The pro­ce­dure is fair­ly straight­for­ward: glue a tiny card­board patch over the dam­aged area of wing. I con­cur with the web­site about the rel­a­tive strength of those wing mus­cles! The lit­tle beast­ie is quite strong, and I take care not to harm him, using a wire coat-hang­er bent into a loop slight­ly larg­er than his body-core to pin him down.

The break is a sim­ple frac­ture, so I sim­ply line up the parts of the wing, care­ful­ly press the patch down, and give it time to set. Once dry, the patch allows him to flap with­out con­tin­u­ing to shred the wing.

Post-surgery, I place him in a small, emp­ty fish-tank lined with a green tow­el and placed with rocks and crys­tals, a bowl of water and his favorite foods inside with him. Then, I put the whole thing in the win­dow so he can see the sky, though I must cov­er it to pre­vent my fero­cious feline Kokopel­li from gain­ing access.

As he recov­ers, I notice what might best be termed a unique and expan­sive spir­it. One night I keep him with me on my fin­ger as Dara and I sit togeth­er watch­ing TV. At first, she thought I was sim­ply obsess­ing over some lit­tle insect, but as we all spend sev­er­al hours togeth­er, she begins to appre­ci­ate the pres­ence and per­son­al­i­ty of this winged crea­ture. I chris­ten him Mau­rice, to befit his diminu­tive grandeur.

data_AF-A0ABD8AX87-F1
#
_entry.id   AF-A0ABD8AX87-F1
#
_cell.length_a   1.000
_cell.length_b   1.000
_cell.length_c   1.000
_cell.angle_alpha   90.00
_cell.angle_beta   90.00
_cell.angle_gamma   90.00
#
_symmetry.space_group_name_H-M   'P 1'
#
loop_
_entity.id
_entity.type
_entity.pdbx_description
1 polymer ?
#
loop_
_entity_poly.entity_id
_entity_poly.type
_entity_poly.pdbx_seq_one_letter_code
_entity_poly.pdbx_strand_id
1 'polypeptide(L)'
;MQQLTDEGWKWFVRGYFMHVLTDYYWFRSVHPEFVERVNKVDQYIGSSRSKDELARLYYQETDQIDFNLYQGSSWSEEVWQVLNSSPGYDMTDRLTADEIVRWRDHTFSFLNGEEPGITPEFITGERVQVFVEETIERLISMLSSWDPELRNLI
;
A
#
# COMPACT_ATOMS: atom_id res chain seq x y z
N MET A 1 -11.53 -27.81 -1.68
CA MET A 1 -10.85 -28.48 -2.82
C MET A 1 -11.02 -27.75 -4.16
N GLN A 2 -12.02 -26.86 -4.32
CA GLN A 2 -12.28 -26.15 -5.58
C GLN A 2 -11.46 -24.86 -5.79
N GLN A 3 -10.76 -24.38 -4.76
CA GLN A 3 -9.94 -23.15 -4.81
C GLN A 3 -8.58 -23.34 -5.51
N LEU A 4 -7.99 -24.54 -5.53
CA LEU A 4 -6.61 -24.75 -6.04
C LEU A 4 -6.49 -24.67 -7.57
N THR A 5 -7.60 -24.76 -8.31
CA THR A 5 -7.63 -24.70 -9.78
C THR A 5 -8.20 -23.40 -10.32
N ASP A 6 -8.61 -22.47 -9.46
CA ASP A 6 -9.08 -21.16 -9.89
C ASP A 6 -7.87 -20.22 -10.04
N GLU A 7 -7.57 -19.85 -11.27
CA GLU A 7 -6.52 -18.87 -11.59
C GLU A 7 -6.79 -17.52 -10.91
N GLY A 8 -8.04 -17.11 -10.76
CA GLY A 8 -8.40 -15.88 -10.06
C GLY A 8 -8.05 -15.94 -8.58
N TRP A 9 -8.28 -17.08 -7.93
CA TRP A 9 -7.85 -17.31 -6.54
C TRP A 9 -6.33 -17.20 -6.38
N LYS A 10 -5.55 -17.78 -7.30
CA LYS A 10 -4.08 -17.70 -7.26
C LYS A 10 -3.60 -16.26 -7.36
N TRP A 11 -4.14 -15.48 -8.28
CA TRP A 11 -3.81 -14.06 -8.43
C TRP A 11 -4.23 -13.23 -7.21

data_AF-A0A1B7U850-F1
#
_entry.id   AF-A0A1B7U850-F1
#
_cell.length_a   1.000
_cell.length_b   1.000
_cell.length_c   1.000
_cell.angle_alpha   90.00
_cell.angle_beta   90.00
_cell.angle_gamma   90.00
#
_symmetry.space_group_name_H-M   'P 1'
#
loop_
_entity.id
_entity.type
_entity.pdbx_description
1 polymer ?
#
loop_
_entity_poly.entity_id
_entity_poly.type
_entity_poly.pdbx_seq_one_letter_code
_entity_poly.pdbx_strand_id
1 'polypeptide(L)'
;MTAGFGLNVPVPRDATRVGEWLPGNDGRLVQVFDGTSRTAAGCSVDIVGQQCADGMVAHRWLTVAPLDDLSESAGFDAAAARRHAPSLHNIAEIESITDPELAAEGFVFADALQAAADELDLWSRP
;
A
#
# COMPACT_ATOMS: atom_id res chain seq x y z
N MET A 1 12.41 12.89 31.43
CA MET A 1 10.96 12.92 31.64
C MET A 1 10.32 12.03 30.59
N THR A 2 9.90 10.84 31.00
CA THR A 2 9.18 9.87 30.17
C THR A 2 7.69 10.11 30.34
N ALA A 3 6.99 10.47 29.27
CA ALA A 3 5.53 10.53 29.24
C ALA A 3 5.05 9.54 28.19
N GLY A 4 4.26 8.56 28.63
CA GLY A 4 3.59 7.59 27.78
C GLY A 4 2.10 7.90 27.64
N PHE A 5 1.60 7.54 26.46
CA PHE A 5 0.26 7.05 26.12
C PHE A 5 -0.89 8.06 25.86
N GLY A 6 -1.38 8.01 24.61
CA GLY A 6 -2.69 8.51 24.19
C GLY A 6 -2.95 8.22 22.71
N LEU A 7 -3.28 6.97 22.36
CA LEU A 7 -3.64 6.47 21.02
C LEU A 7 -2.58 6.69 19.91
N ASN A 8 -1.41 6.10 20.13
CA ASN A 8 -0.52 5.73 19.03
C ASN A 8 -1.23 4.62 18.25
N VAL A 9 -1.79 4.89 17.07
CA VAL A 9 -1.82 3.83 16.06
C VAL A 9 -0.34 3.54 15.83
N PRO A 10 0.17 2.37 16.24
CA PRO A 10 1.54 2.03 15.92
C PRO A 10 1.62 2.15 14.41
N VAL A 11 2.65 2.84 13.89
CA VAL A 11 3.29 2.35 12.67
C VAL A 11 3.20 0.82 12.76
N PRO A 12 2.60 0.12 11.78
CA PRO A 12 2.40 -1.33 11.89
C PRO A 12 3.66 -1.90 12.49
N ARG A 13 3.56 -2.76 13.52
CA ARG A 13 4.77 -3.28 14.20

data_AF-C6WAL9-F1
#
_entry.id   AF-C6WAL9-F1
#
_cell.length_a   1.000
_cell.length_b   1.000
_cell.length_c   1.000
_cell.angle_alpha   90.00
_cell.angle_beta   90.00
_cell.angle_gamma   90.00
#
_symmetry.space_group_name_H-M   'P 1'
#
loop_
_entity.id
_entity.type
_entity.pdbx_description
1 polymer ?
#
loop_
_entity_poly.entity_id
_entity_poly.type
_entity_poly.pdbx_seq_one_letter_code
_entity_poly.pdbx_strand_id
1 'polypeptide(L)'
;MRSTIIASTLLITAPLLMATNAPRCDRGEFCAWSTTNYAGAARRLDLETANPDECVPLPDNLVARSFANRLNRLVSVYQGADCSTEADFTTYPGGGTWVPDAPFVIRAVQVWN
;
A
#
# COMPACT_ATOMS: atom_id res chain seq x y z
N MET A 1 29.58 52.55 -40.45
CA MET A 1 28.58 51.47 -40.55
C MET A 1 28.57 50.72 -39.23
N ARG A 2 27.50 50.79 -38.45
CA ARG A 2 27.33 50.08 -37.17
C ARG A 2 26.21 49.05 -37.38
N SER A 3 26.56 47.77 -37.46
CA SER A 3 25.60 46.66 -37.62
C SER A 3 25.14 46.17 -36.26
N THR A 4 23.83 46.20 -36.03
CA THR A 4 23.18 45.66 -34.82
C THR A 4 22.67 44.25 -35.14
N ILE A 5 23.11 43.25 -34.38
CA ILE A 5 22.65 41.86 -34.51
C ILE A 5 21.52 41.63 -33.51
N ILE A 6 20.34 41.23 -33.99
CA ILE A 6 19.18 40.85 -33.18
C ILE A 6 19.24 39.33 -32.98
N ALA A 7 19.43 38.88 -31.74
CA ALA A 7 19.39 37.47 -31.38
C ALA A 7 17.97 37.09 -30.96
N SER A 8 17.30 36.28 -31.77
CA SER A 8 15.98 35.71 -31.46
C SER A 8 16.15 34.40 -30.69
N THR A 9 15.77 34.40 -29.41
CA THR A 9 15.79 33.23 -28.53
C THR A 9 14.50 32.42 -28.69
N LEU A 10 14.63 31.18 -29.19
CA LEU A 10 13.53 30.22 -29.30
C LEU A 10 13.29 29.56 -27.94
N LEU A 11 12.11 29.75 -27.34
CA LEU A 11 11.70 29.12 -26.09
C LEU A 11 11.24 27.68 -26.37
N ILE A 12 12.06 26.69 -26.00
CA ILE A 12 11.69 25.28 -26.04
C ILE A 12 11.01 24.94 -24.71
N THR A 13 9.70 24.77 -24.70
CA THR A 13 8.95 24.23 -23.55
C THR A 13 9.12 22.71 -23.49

The dif­fer­ences between us are vast, and so I must adjust my pres­ence of mind and cal­i­brate my strength to new lev­els of sen­si­tiv­i­ty. So del­i­cate and beau­ti­ful, I can­not get enough of look­ing at and being with this amaz­ing­ly lux­u­ri­ous liv­ing fash­ion state­ment.

He has got­ten used to me now, more-or-less sur­ren­der­ing to my insis­tent min­is­ter­ing. The first time I try to feed him, I hold a gigan­tic spoon up to his tiny face, ply­ing him like a stub­born child. Final­ly, he unfurls his curly pro­boscis, and begins to explore my offer­ing. Sur­prise! He likes it. I love watch­ing him eat, though I feel a like a drug push­er intro­duc­ing him to the pow­er­ful sweet­ness of cane sug­ar and water­mel­on. I hold the spoon for my lit­tle friend until he is sati­at­ed. After our feed­ing ses­sions, he tends to becomes quite frisky!